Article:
A recent parliamentary committee has confirmed that the UK will fully implement the EU General Data Protection Regulation on May 25, 2018, and a law that mirrors GDPR will remain, even in post-Brexit Britain.
Speaking at the House of Lords EU Home Affairs Sub-Committee on February 1, 2017, the Minister of State for Digital & Culture, Matt Hancock, used the occasion to emphasize the importance of uninterrupted and unhindered data flows between the UK and EU. He said:
"In a sense, we are matching them rather than asking them to match anything new from the UK.
"Parts of the Data Protection Act will need to be repealed for data processing to be in scope of the GDPR, and it is necessary to ensure that we don't end up with the Data Protection Act duplicating or creating inconsistencies with the GDPR because the GDPR will be directly applicable. So, we will be bringing forward legislation in the next [parliamentary] session in order to put that into practice."
Describing GDPR as a “decent piece of legislation,” the minister explained that reasons to match GDPR in the UK were in part because there was “significant” input from the UK in the original development of the regulations. Having an equivalent law to GDPR in the UK also means that the country can begin Brexit negotiations from a harmonized starting point, rather than one of difference. Hancock said this would help with the negotiation of free data flows with the EU, and the US.
Hancock also noted businesses have been slow to take on board what changes GDPR will bring.
"My view is that [GDPR] is consistent with best practice for handling data anyway, so companies that handle data appropriately, have good cybersecurity arrangements and respect the privacy of their customers or those they hold the data of shouldn't find this much of a burden. But it will require some companies that don't have best practice to come up to speed."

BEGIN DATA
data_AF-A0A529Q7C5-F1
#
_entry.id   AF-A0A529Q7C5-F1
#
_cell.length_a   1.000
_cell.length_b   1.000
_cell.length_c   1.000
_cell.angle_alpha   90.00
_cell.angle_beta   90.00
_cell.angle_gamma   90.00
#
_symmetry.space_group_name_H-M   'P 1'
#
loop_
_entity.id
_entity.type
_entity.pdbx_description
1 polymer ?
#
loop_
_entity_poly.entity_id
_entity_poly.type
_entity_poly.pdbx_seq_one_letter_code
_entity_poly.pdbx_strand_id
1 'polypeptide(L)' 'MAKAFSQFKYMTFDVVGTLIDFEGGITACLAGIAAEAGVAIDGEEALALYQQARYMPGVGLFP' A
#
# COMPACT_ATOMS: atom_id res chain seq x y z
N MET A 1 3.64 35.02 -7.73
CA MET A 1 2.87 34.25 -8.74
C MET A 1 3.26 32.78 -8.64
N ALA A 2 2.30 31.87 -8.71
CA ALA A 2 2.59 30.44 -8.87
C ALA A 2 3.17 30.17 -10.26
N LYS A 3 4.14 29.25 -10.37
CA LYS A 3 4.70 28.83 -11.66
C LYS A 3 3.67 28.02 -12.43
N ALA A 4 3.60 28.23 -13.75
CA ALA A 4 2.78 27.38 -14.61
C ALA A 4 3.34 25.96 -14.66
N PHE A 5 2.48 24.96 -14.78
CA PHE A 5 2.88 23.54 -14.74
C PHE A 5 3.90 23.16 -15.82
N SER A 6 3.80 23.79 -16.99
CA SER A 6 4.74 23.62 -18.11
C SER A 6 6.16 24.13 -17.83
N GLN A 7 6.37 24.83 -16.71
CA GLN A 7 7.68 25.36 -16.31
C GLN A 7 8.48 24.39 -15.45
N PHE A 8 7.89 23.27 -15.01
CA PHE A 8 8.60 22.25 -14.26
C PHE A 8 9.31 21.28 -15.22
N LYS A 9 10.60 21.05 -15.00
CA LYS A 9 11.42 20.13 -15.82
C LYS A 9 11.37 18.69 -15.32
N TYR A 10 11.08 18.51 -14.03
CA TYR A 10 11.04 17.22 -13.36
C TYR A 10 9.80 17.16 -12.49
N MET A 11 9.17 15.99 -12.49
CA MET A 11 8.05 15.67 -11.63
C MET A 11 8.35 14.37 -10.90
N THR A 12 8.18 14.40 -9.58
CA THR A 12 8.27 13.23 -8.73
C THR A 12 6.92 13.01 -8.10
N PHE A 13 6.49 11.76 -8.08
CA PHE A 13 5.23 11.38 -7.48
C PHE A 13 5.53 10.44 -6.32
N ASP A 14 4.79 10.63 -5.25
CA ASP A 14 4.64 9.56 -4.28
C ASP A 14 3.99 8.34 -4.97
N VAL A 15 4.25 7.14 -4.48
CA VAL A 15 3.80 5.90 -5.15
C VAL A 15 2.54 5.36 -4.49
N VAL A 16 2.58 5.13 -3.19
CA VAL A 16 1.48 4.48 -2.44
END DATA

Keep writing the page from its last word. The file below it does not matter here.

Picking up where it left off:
To understand the new obligations organizations have when keeping customer data safe, the new levels of transparency needed when using data, and to demonstrate accountability for compliance to the GDPR, we recommend reading the General Data Protection: A practical guide for businesses below.
This White Paper, created by BlueVenn in collaboration with data protection specialists Opt-4, provides a thorough look at how GDPR will change existing laws, and offers suggestions for what you can do now to prepare for GDPR. This White Paper also covers:
- The global scope of GDPR
- How GDPR will change consent, processing and profiling
- The new rights for data subject
- Guidelines for Data Protection Officers
- Liabilities, penalties and enforcement